The present study reports the antioxidant and membrane protective activities of Calotropis procera aqueous root extract using several in vitro assays along with the determination of phenolic as well as flavonoid contents. Total phenol and flavonoid contents in extract were 15.67 ± 1.52 mg propyl gallate equivalent/g and 1.62 ± 0.05 mg quercetin equivalent/g, respectively. UV-visual spectroscopic scanning of the extract indicated the presence of glycoside-linked tannins or flavonoids. The extract exhibited appreciable reducing power signifying hydrogen donating potential. DPPH radical scavenging assay revealed substantial free radical scavenging activity (42–90%) in the extracts. Concentration dependent response was observed in the metal ion chelating activity (16–95%). Extracts also provided protection against iron induced lipid peroxidation in rat tissue (liver, brain, and kidney) homogenates. Comparatively better protective efficacy against peroxidative damage was observed in liver (71%) followed by kidney (65%) and brain (60%) tissues. Positive correlation was observed between DPPH free radical scavenging activity and reducing power of extract. Similarly strong positive correlation was observed between metal ion chelating ability and percentage lipid peroxidation inhibition in different tissues. The study demonstrated considerable protective efficacy in C. procera root aqueous extracts against free radical and metal ion mediated oxidative damage.

1. Introduction

In cells, free radicals are generated due to redox process when oxygen is utilized to generate energy. The free radicals constitute a group of reactive oxygen species (ROS) such as hydroxyl radical, hydrogen peroxide, and super oxide anion [1]. ROS are beneficial for cellular responses and immune function at lower concentrations, while at higher levels they are harmful to the body. Oxidative stress is caused by the excess free radical generation in the body which is capable of damaging cell structure including lipids, proteins, and DNA [2]. Overload of free radical plays a major role in the development of degenerative and chronic ailments such as rheumatoid arthritis, autoimmune disorders, cataract, aging, cancer, and cardiovascular and neurodegenerative diseases [3, 4]. Antioxidants being free radical scavengers minimize the damage caused by ROS and thereby enhance the immune defense and lower the risk of degenerative disorders [2]. Antioxidants are either naturally produced in situ or supplied through foods and supplements [5]. Flavonoids and phenolic compounds of natural origin have been shown to act as effective antioxidant as well as antibacterial agents [6, 7]. Lipid peroxidation causes damage to unsaturated fatty acids and thereby decreases membrane fluidity which ultimately leads to many pathological events in the body [8]. Antioxidants also protect membranes from peroxidative damage through their metal ion chelating and radical scavenging capabilities [6].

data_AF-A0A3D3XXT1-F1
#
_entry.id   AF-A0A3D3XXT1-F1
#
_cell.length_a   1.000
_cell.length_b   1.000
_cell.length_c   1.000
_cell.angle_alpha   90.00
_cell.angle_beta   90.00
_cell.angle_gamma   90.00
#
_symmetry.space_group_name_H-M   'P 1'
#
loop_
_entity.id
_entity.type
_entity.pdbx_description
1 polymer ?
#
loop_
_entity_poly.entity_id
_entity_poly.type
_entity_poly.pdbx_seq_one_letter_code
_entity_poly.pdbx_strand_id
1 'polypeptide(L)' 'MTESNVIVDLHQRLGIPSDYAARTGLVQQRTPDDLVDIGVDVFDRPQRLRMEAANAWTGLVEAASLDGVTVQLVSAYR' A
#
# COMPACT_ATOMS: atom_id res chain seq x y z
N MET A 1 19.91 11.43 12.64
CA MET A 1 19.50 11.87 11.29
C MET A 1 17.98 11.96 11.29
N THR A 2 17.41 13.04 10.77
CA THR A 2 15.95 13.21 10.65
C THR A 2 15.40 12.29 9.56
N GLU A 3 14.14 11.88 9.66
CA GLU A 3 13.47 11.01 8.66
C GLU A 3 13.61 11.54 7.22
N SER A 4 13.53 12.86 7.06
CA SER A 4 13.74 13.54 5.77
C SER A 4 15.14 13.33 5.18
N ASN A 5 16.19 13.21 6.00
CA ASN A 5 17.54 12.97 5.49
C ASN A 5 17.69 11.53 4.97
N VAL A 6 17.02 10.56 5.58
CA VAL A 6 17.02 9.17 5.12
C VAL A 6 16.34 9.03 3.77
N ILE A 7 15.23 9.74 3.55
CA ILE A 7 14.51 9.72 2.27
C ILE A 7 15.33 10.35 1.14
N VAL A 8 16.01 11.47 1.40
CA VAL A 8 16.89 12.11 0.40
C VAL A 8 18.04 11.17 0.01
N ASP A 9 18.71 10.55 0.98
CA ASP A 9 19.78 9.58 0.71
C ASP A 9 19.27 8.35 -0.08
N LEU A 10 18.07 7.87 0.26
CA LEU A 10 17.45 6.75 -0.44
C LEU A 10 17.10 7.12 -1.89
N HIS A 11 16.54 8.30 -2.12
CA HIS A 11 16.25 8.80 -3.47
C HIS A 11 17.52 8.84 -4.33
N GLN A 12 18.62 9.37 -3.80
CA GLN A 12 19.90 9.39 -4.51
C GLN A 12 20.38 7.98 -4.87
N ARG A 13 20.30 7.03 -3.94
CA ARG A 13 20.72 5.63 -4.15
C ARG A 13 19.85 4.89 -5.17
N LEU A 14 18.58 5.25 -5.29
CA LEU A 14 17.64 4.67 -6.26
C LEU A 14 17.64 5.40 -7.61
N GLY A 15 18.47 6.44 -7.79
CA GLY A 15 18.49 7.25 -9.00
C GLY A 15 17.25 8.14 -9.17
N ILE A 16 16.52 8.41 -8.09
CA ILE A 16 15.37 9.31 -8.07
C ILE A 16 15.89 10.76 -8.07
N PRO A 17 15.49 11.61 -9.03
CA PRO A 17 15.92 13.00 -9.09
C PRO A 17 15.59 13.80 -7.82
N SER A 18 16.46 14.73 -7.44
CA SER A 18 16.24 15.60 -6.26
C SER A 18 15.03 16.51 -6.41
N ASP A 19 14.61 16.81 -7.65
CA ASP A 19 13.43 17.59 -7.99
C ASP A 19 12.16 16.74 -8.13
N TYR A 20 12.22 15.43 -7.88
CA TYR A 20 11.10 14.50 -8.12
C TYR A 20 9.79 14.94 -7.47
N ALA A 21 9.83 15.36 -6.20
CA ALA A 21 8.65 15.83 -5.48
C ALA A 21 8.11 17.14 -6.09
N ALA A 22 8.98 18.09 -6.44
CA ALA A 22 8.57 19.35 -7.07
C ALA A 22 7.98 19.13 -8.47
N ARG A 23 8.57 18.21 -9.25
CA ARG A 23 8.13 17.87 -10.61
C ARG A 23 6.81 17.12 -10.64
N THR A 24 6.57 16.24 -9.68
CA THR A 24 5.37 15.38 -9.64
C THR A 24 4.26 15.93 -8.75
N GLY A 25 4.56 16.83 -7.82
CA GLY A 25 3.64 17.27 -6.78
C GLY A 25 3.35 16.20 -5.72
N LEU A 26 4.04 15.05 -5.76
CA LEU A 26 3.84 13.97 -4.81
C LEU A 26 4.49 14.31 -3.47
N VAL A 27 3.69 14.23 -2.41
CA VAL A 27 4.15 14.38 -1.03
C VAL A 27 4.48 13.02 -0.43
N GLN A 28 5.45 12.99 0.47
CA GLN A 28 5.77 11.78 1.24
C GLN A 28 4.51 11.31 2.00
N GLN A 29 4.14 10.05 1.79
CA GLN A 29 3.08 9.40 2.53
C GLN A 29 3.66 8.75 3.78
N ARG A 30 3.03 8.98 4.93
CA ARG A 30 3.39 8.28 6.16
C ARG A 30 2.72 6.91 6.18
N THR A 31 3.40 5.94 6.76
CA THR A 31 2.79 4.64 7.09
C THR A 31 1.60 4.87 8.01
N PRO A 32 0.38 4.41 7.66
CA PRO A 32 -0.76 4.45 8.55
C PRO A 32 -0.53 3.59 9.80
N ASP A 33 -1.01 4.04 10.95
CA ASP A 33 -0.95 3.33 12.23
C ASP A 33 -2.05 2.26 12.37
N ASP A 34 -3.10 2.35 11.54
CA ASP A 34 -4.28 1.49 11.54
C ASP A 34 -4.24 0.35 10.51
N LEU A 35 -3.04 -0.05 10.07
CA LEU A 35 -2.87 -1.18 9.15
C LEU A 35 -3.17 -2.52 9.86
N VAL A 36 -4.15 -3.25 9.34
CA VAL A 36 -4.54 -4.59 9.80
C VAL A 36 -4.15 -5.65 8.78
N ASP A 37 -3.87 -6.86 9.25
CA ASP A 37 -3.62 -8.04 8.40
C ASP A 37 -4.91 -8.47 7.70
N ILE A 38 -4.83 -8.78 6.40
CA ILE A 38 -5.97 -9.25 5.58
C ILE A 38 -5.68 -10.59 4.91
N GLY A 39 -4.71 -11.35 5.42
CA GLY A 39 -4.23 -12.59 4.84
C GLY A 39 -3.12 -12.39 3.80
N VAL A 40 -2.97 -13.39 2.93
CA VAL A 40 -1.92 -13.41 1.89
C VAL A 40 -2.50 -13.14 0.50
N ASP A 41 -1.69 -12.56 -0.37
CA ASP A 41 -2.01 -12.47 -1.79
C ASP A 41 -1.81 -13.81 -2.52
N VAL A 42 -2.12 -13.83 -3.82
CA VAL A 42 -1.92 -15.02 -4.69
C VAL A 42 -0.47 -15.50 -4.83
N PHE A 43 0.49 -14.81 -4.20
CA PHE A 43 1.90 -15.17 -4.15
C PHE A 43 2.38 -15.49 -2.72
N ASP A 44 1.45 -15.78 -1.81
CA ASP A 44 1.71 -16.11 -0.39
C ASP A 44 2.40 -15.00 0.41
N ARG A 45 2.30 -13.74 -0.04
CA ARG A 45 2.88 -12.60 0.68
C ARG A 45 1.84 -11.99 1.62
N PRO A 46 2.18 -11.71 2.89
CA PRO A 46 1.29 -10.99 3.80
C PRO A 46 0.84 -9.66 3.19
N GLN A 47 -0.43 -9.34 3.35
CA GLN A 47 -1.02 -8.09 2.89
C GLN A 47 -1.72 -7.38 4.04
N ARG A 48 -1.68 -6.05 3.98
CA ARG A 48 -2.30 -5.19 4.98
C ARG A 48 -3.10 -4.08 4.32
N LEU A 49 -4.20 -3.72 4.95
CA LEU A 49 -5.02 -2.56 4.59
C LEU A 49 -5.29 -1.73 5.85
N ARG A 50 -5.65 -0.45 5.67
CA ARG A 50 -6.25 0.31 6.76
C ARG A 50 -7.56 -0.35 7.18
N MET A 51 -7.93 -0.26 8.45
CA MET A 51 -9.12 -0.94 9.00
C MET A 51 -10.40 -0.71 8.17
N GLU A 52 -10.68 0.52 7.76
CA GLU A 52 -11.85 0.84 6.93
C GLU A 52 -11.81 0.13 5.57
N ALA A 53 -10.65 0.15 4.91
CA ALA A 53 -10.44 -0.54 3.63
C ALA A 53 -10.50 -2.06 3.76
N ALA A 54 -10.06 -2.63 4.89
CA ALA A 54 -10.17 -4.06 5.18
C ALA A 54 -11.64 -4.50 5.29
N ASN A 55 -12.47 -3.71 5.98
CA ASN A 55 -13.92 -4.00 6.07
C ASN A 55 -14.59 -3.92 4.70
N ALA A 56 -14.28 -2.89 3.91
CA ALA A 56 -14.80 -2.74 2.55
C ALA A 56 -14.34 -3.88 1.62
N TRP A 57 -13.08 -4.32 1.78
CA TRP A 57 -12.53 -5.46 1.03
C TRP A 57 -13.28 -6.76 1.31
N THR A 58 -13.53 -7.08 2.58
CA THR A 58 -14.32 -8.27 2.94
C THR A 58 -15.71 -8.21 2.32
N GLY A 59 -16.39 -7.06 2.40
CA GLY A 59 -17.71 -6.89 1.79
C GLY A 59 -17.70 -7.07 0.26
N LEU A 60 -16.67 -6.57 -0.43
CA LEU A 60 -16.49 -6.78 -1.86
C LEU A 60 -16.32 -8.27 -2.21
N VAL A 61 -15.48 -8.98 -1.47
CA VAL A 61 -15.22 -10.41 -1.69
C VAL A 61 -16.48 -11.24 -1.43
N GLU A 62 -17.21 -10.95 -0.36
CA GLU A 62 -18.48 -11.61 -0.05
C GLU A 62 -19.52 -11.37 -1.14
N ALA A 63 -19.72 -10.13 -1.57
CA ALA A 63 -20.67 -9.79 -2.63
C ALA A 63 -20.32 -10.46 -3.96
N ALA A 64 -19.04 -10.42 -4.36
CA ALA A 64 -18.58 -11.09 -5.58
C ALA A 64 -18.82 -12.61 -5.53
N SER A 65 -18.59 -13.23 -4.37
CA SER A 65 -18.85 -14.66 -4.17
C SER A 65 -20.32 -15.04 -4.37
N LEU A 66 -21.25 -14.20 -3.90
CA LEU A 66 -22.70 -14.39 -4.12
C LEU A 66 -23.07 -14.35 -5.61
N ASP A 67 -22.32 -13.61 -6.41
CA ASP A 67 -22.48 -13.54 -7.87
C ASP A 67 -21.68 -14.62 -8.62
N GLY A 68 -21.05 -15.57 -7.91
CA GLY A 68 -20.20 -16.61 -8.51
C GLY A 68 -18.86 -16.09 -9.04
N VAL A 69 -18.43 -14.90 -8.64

Calotropis procera is a wild growing plant that belongs to family Asclepiadaceae. Worldwide, it is known by various names such as swallowwort, dead sea apple, sodom apple or milk weed. In India, the plant is known as madar in Hindi, orka in Oriya, and alarka in Sanskrit [9]. In the traditional Indian medicinal system, it has been used for the treatment of leprosy, ulcers, tumors, piles, and diseases of spleen, liver and abdomen [1012]. The plant is also known for its toxic properties that include iridocyclitis, dermatitis and acts like a poison and produces lethal effects [13]. The aqueous flower extract has been shown to possess analgesic, antipyretic, and anti-inflammatory activities [14, 15]. Decoction of the aerial parts of plant exhibits neuromuscular blocking activity [16]. The ethanolic extracts of the different parts specially flower and bud extracts have been reported to possess an antimalarial activity [17]. The chloroform extract of seeds displays antimicrobial activity [18]. Most of the published reports on the biological activity of C. procera are related with the latex and some organic extracts derived from the aerial parts. Not much work is on record related with the biochemical activities of the root. Therefore the present study was undertaken to determine phenolic as well as flavonoid contents and to investigate the antioxidant and membrane protective activities of C. procera aqueous root extract by using several in vitro assays.